Although, amp plugins lack the fidelity and subtleties of real amps and leading modeling tech, they are certainly good enough to be usable; especially for the bass. (I hate to say that; but, the truth is, bad models are much more apparent on guitars.)

    One powerful advantage that amp plugins offer is the option to “re-amp”. That is to say, your are recording the signal before it hits the amp. If you decide later you don’t like it, you can change amps. The HX Stomp offers very a similar option, in that one (pair) of its USB outputs is a dry, unboosted signal that (if recorded) can be reamp’d via a USB input into the Stomp. The Rumble Studio/Stage cannot re-amp. There is no USB input channel into the amp.

    However, the advantages of the Rumble Studio (and Stage) are: all the excellently modeled amps, cabinets, and effects; light-weight portability; analog and digital connectivity; and the fact the amp can be fully programmed both within the Tone app AND via the front panel. (No concerns about ongoing app support.).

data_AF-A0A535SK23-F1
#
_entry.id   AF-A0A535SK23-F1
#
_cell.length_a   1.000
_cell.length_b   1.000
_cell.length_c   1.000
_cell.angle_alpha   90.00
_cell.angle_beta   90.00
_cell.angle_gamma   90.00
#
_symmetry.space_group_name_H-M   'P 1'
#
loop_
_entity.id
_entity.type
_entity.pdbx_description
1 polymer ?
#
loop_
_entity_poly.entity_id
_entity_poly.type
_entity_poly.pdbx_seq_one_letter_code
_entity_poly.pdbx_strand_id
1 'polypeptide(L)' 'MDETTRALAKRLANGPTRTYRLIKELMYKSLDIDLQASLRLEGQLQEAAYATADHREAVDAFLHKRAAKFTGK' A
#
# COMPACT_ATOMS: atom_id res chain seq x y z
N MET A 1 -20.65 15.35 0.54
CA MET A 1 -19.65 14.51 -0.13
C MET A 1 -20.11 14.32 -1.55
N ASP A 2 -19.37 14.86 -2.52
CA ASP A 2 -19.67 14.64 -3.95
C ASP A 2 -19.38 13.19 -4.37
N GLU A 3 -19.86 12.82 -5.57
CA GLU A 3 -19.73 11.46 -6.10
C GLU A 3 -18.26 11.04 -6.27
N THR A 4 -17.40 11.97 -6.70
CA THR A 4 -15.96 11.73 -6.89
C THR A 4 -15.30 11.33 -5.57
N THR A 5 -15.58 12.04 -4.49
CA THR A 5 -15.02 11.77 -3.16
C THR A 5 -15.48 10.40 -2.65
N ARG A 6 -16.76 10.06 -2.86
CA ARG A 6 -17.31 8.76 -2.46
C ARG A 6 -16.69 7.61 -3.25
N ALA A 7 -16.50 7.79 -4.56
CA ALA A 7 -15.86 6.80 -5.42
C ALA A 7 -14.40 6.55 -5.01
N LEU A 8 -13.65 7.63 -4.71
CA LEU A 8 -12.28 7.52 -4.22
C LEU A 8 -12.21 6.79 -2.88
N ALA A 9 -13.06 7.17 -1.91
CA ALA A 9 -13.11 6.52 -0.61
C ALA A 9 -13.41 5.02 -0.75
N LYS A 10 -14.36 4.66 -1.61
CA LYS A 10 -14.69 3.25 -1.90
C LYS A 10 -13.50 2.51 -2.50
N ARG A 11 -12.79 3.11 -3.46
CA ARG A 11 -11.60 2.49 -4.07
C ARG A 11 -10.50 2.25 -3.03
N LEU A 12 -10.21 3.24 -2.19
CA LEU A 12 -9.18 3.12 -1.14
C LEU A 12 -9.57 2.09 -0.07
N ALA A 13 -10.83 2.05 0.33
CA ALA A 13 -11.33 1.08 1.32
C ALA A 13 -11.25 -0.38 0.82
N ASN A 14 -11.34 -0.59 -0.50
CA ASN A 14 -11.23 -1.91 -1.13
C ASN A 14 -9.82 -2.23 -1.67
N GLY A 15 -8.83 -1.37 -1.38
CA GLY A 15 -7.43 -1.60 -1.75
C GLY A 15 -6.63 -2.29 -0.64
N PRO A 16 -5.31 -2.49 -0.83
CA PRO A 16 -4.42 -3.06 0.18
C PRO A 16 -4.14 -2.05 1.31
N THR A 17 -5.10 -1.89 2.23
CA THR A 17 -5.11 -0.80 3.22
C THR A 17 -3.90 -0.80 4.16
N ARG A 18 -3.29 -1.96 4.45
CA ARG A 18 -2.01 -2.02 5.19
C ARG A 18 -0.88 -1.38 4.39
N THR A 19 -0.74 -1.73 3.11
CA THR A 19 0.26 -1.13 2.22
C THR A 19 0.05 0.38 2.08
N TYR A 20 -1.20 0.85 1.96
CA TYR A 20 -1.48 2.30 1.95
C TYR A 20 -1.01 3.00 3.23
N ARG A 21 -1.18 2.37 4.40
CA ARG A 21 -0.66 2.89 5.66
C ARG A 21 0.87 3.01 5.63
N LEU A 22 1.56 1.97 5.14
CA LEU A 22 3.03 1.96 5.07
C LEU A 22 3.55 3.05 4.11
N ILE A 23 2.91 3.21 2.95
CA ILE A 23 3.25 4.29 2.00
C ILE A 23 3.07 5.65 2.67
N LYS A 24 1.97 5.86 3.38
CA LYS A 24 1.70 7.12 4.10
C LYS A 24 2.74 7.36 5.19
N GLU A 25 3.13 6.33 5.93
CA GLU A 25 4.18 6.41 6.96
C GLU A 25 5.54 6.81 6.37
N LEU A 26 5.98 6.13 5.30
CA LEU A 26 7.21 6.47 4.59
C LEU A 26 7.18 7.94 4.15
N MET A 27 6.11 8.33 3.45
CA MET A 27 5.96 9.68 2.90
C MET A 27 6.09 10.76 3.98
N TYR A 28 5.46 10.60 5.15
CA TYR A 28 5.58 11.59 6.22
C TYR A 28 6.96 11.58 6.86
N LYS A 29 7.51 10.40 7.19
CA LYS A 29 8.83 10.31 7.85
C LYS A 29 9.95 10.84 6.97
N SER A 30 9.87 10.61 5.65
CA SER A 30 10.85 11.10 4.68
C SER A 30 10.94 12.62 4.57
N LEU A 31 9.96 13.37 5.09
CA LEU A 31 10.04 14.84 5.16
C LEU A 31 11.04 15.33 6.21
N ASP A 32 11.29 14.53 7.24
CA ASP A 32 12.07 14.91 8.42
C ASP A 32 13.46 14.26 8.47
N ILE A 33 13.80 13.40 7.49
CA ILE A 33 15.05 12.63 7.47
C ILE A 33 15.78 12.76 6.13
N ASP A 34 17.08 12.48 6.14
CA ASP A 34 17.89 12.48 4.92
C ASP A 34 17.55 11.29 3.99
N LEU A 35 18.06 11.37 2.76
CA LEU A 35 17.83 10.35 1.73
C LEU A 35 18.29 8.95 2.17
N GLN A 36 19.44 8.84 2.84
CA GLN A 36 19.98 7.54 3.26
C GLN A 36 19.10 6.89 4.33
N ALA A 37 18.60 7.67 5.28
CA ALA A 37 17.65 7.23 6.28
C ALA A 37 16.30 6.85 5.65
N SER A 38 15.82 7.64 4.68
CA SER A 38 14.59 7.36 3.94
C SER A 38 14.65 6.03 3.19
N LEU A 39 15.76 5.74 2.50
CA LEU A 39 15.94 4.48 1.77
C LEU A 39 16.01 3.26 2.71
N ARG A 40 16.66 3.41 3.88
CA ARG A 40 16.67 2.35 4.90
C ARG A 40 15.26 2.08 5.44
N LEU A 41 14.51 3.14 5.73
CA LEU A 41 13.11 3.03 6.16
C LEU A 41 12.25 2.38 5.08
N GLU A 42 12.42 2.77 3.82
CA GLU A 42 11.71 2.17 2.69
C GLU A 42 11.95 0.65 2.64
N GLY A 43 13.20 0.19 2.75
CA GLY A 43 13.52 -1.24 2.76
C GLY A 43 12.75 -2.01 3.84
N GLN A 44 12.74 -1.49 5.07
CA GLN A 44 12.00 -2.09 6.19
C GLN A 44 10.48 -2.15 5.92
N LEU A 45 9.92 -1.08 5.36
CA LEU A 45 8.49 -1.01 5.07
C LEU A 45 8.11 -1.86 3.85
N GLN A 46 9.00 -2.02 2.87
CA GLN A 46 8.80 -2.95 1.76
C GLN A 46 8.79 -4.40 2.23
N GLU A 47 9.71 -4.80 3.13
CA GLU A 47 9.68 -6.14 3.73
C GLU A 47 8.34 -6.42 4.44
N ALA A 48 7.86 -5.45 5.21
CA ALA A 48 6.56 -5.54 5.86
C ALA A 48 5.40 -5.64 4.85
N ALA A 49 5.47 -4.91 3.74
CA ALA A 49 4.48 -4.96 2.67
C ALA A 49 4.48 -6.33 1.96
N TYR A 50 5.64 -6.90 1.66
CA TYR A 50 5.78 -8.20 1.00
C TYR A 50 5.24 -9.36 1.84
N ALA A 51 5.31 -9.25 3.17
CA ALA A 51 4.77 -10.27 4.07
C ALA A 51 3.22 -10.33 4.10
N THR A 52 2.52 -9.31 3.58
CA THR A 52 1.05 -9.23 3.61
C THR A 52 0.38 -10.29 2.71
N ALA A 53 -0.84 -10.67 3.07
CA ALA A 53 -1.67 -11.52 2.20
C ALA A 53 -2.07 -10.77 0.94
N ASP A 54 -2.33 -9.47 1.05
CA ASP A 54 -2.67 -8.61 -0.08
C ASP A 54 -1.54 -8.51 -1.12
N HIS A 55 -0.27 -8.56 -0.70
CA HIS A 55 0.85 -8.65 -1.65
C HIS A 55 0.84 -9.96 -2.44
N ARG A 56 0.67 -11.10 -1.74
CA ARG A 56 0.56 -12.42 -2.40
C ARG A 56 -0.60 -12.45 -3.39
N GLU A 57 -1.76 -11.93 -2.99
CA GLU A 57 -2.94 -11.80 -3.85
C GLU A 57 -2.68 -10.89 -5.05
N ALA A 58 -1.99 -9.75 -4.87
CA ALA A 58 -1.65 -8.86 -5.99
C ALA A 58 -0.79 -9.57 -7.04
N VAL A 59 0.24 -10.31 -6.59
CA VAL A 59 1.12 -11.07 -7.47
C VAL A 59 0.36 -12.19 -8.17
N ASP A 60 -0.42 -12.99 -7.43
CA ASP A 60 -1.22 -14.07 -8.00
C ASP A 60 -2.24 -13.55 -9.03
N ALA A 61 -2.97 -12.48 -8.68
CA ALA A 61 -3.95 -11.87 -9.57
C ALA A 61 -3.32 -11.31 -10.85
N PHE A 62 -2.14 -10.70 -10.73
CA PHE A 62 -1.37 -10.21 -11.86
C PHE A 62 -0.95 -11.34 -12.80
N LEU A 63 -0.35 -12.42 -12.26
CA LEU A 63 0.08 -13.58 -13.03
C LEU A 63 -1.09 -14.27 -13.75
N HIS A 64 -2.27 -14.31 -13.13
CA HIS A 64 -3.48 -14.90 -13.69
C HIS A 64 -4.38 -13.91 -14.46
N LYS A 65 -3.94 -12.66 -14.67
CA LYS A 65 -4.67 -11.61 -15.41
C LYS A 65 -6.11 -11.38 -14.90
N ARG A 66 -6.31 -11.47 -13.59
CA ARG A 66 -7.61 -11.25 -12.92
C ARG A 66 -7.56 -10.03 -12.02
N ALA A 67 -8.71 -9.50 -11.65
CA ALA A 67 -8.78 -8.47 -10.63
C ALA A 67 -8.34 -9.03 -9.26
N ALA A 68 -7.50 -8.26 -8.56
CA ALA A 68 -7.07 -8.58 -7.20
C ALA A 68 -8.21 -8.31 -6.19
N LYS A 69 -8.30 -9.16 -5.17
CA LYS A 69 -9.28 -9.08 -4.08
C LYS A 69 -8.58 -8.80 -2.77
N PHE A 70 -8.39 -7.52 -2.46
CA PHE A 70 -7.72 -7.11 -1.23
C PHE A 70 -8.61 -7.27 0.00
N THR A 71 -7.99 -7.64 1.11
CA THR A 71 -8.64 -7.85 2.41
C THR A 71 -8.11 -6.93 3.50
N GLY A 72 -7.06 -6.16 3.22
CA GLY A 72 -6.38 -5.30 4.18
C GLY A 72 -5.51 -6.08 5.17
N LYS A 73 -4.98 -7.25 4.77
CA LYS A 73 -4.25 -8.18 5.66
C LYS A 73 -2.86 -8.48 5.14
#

But, the biggest advantage is...
    It sounds great when you turn it up, all by itself.
    You don’t need to run it through a computer to hear it.

    So, my suggestion is: Get the amp. You’ll love it.
    And you’ll always have the plugins if you have reason to use them.

    TL;DR: It’s not too long. Read it from the top. :laugh:

    Hope this helps.
    ShawnG and G-Dog like this.
  3. Berthos


    Apr 22, 2011
    Thank you very much for taking the time to provide me with such a detailed answer. It was all either useful or interesting, mostly both.

    That the Rumble recordings cannot be re-amped hadn't occurred to me. I could just play it again with a different sound of course.

    Rumble Studio 40 added to the shopping list.
    Droopy_TX and G-Dog like this.
  4. Berthos


    Apr 22, 2011
    Thinking a bit more about re-amping using the Studio 40, this could be done fairly easily it seems to me, like this ...